Along with unifying a trio of 147-pound titles and making six defenses, Spence has built the deepest resume of anyone in the division over that stretch thanks to victories over Kell Brook, Lamont Peterson, Mikey Garcia, Shawn Porter, Danny Garcia and Yordenis Ugas. But it was a 2016 victory over former 140-pound champion Chris Algieri in Spence's first legitimate test on the elite level that truly announced his arrival less than four years after turning pro.
Algieri, who once brought a 20-0 record into a 2014 PPV bout against Pacquiao, assumed he would be able to use guile and movement to frustrate Spence and expose his lack of big-fight experience. Just over four rounds later, Algieri tasted the canvas three times in brutal TKO defeat that showcased just how mature the young Spence's game had already become.
"I underestimated him, for sure. Up to that point, we hadn't seen how great he can be. The potential wasn't that obvious," Algieri told CBS Sports on Monday. "Then, in the first round, I hit him with a right hand to his chest and I felt like I punched a pillar. It was like a cement wall. I was like, 'Oh man, I'm really going to need my legs, this is going to be a long night.'"
While Spence relied on his next-level confidence and competitiveness to leave his mark (and bolster his growing reputation) against Mayweather, by the time his 20th pro fight against Algieri had rolled around, he had figured out how to combine his sublime offensive skill with an NFL-ready muscular frame that he quite literally uses as a weapon.
Algieri, who has made a successful transition post-retirement as a television analyst for multiple networks, compares Spence physically to "The Terminator" and said he believes his former opponent is the biggest and most dangerous welterweight boxing has seen since Hall of Famer Thomas Hearns.
"[Spence] makes the ring small. He's 5-foot-10 with a 72-inch reach and he's physically strong with wide shoulders," Algieri said. "You have this impressive and physical guy who is also one of the busiest champions in the world in terms of punch output. You have a guy who is big for the weight class, cuts a ton of weight but also his endurance is through the roof.
"He's one of the most consistent body punchers in the game and that puts a lot of mental pressure on you. With Spence, you also have that throwback mentality where it's, 'This is a fight and I'm going to hurt you when I hit you. You may hit me with your best but I'm going to get it back and I'm going to get it back tenfold.'"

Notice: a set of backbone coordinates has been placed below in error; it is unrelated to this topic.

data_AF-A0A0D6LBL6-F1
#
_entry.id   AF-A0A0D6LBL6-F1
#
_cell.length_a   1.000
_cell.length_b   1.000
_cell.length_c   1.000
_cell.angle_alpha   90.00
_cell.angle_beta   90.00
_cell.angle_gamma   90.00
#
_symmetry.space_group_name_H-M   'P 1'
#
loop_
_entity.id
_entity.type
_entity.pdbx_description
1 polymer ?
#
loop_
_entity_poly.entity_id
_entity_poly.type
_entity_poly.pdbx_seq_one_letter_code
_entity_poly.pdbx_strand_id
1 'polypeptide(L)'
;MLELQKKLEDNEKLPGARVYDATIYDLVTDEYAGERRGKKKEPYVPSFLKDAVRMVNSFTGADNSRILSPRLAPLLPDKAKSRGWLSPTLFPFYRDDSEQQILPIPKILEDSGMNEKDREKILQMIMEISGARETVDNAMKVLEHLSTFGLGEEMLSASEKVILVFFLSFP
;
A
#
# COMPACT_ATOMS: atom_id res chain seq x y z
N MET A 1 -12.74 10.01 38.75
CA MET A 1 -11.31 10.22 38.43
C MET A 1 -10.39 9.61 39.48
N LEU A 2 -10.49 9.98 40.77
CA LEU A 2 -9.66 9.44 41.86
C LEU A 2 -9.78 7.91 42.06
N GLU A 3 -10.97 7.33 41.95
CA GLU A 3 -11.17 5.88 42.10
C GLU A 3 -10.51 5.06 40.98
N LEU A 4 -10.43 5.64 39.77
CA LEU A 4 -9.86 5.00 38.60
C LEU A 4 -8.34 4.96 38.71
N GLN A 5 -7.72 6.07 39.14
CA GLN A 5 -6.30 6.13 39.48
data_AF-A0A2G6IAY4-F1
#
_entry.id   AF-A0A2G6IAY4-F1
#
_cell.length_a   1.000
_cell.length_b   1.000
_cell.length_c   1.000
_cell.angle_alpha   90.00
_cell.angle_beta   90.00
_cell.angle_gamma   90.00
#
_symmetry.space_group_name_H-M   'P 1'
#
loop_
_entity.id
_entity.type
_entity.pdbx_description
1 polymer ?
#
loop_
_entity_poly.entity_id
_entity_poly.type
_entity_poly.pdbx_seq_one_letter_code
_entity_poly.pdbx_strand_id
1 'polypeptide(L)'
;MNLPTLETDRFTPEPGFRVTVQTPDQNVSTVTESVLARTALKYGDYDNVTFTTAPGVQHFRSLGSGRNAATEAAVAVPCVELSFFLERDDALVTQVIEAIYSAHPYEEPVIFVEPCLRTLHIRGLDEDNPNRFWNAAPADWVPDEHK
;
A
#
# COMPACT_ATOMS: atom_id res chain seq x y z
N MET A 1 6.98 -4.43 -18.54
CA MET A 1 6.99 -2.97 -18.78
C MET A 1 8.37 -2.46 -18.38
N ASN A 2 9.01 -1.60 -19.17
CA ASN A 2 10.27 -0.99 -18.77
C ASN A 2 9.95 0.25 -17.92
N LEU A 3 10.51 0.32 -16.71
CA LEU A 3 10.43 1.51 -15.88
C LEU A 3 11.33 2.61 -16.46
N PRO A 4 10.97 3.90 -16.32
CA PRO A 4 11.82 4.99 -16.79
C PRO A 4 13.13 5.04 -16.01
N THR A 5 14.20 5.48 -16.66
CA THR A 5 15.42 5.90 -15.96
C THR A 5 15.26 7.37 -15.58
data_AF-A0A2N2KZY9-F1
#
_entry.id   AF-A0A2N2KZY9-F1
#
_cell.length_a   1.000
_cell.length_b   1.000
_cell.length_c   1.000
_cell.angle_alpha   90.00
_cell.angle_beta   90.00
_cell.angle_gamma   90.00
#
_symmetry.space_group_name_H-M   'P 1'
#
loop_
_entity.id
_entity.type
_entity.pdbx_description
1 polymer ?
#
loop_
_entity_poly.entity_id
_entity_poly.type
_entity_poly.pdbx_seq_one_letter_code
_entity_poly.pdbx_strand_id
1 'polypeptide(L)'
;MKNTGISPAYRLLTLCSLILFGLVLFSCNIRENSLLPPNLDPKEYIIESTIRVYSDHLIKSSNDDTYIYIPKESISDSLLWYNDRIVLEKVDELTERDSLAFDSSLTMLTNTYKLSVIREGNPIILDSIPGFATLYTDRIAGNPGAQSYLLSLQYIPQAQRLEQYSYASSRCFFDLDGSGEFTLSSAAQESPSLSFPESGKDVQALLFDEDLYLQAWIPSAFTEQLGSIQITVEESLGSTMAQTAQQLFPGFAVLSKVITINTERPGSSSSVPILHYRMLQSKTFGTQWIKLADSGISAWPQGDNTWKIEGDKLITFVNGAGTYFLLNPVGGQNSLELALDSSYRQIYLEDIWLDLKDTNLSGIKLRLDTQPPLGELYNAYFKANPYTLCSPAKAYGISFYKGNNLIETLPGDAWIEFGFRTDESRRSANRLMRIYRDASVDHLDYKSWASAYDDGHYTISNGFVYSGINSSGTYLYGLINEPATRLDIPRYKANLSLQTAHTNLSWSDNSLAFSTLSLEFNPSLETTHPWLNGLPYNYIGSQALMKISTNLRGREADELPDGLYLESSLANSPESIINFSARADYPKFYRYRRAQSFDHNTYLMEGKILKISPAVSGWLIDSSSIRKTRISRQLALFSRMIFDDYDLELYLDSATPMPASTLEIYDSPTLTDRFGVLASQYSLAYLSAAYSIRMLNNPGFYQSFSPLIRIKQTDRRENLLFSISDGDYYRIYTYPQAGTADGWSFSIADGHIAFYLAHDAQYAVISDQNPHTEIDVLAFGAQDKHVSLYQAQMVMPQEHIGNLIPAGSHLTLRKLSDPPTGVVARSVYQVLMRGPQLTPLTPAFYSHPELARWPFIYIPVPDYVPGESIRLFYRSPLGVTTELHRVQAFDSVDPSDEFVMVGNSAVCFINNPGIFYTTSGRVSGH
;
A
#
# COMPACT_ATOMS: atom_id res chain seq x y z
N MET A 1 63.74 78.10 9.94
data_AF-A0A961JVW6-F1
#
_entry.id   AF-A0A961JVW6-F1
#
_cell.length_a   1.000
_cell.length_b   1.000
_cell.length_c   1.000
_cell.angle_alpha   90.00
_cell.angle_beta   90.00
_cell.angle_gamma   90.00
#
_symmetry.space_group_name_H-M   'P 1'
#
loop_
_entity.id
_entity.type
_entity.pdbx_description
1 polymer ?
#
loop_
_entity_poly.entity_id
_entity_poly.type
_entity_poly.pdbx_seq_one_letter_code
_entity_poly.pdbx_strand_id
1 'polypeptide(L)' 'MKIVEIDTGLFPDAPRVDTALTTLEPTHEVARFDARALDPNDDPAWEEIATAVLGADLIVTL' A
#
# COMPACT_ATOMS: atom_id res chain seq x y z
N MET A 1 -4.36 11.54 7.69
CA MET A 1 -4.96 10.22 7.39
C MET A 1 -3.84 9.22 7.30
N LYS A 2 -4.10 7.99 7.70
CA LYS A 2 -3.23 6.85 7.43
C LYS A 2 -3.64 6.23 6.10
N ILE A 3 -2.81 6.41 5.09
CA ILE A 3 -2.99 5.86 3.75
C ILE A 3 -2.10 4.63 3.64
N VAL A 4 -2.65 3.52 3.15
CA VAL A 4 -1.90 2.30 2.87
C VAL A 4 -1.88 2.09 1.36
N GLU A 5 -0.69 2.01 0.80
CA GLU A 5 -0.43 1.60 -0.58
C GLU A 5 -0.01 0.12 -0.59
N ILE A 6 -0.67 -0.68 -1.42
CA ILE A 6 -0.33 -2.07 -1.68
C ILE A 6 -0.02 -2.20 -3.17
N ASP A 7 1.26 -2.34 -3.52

Spence isn't just physically imposing, he's incredibly durable and has never been down as a pro. He has even survived detached retina surgery, which kept him out for the entirety of 2021, and miraculously walked away from a scary 2019 car crash that saw him ejected from the car at a high speed, without missing a beat inside the ring each time he returns.
Even though a 2022 title unification win over Ugas in Spence's last fight was the most devastating example of the Texas native's weaponized physicality as he stalked and bullied Ugas before breaking his orbital bone to force a stoppage, Algieri has come away most impressed throughout Spence's evolution with his craft and technique.
Algieri's point of reference for Spence's world-class boxing skills from distance was a 2019 PPV win over unbeaten Mikey Garcia. After hearing pre-fight hype regarding how the pound-for-pound ranked Garcia was the better pure boxer of the two, Spence made it a point to use his length and footwork to silence any whisper of offense from his opponent in a 12-round masterclass that showcased Spence's cutthroat level of competitive fuel.
"I actually think [Spence] is underrated. He's a much better boxer than he gets credit for and I noticed that when I was in the ring with him," Algieri said. "He was more difficult to hit than I anticipated. His in and out was really good, which I hadn't really seen. But if you don't get his respect early, he's going to walk you down and beat you up all night long."
Spence proved against Brook and Porter, the two opponents he shares in common with Crawford, that he's just as capable of biting down and outdogging his foes as he is cerebrally solving them. Spence's ability to adapt and be exactly what the situation requires, while doing so in such a destructive and suffocating manner, is what Ellerbe believes makes Spence most dangerous.
"He's not the fastest guy in the world, he's not the strongest guy in the world. But one thing about Errol is that he's very consistent and it's hard to beat a guy who is young, athletic and very consistent," Ellerbe said. "He gets into a rhythm and it's hard to beat a big, strong guy with a good, educated jab who understands the game and is in great shape for 12 rounds and is looking to punish you. More importantly, what I found out first hand, is you need to have some shit to keep him off of you.
"I watched [Spence] and Floyd in camp. You have to think when you fight him. He puts mental pressure on you that forces you to make a lot of mistakes because he's not going to go overboard with certain things. Errol hits you to the arms and the body and you hurt. It ain't always about hitting you to the side of the head. Errol breaks you down over time."
Should Spence achieve his goal of becoming an undisputed champion, he would take the baton from Mayweather as the next great welterweight superstar. Yet,10 years later, people are still asking Spence about the existential meaning of him fighting on even terms in a mythical sparring match against the greatest boxer of this century.
The more we get to know about what truly went on that 2013 day, the easier it becomes to understand how Spence got here, just days out from the most important fight of his increasingly legendary career, and how that same ruthless spirit of competition that was apparent against Mayweather is still the fuel that has made the unbeaten success of Spence's journey possible.
"It showed how gritty I am and how motivated I am," Spence told CBS Sports HQ on Wednesday. "When I came into that gym, they thought they can intimidate you by hitting on the ring mats and everyone yelling and screaming at you. I was kind of nervous at first but what they did, they motivated me. It really took the nerves away with people thinking how I would easily get beat up and not know how to handle myself. And I handled myself way better than people expected."